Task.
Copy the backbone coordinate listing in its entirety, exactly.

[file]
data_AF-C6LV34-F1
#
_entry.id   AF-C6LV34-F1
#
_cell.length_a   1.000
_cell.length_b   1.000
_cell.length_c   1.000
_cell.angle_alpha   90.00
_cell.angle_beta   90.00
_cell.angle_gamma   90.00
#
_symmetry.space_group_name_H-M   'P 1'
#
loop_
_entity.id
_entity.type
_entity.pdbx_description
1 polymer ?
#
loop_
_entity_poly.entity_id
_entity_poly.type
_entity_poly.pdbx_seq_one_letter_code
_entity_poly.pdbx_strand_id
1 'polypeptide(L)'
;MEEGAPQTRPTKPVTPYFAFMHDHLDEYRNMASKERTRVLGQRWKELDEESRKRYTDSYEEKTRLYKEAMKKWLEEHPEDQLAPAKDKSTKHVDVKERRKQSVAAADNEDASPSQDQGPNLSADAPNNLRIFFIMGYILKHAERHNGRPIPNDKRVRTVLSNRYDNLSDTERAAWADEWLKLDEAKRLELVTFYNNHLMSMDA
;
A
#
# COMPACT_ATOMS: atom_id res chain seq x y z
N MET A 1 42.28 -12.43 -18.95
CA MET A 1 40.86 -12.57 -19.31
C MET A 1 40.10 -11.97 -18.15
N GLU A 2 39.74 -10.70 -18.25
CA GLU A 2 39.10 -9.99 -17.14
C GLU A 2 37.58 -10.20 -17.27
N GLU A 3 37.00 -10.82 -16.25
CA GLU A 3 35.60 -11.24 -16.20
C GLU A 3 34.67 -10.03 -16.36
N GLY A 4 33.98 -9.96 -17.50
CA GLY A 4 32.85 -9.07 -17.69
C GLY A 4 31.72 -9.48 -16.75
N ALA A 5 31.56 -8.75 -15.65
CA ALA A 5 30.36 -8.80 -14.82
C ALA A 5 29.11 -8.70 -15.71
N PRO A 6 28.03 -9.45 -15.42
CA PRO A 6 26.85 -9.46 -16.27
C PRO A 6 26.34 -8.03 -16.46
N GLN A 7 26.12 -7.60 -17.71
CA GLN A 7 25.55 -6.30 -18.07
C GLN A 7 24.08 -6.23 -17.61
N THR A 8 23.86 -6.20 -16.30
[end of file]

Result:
data_AF-C6LV34-F1
#
_entry.id   AF-C6LV34-F1
#
_cell.length_a   1.000
_cell.length_b   1.000
_cell.length_c   1.000
_cell.angle_alpha   90.00
_cell.angle_beta   90.00
_cell.angle_gamma   90.00
#
_symmetry.space_group_name_H-M   'P 1'
#
loop_
_entity.id
_entity.type
_entity.pdbx_description
1 polymer ?
#
loop_
_entity_poly.entity_id
_entity_poly.type
_entity_poly.pdbx_seq_one_letter_code
_entity_poly.pdbx_strand_id
1 'polypeptide(L)'
;MEEGAPQTRPTKPVTPYFAFMHDHLDEYRNMASKERTRVLGQRWKELDEESRKRYTDSYEEKTRLYKEAMKKWLEEHPEDQLAPAKDKSTKHVDVKERRKQSVAAADNEDASPSQDQGPNLSADAPNNLRIFFIMGYILKHAERHNGRPIPNDKRVRTVLSNRYDNLSDTERAAWADEWLKLDEAKRLELVTFYNNHLMSMDA
;
A
#
# COMPACT_ATOMS: atom_id res chain seq x y z
N MET A 1 42.28 -12.43 -18.95
CA MET A 1 40.86 -12.57 -19.31
C MET A 1 40.10 -11.97 -18.15
N GLU A 2 39.74 -10.70 -18.25
CA GLU A 2 39.10 -9.99 -17.14
C GLU A 2 37.58 -10.20 -17.27
N GLU A 3 37.00 -10.82 -16.25
CA GLU A 3 35.60 -11.24 -16.20
C GLU A 3 34.67 -10.03 -16.36
N GLY A 4 33.98 -9.96 -17.50
CA GLY A 4 32.85 -9.07 -17.69
C GLY A 4 31.72 -9.48 -16.75
N ALA A 5 31.56 -8.75 -15.65
CA ALA A 5 30.36 -8.80 -14.82
C ALA A 5 29.11 -8.70 -15.71
N PRO A 6 28.03 -9.45 -15.42
CA PRO A 6 26.85 -9.46 -16.27
C PRO A 6 26.34 -8.03 -16.46
N GLN A 7 26.12 -7.60 -17.71
CA GLN A 7 25.55 -6.30 -18.07
C GLN A 7 24.08 -6.23 -17.61
N THR A 8 23.86 -6.20 -16.30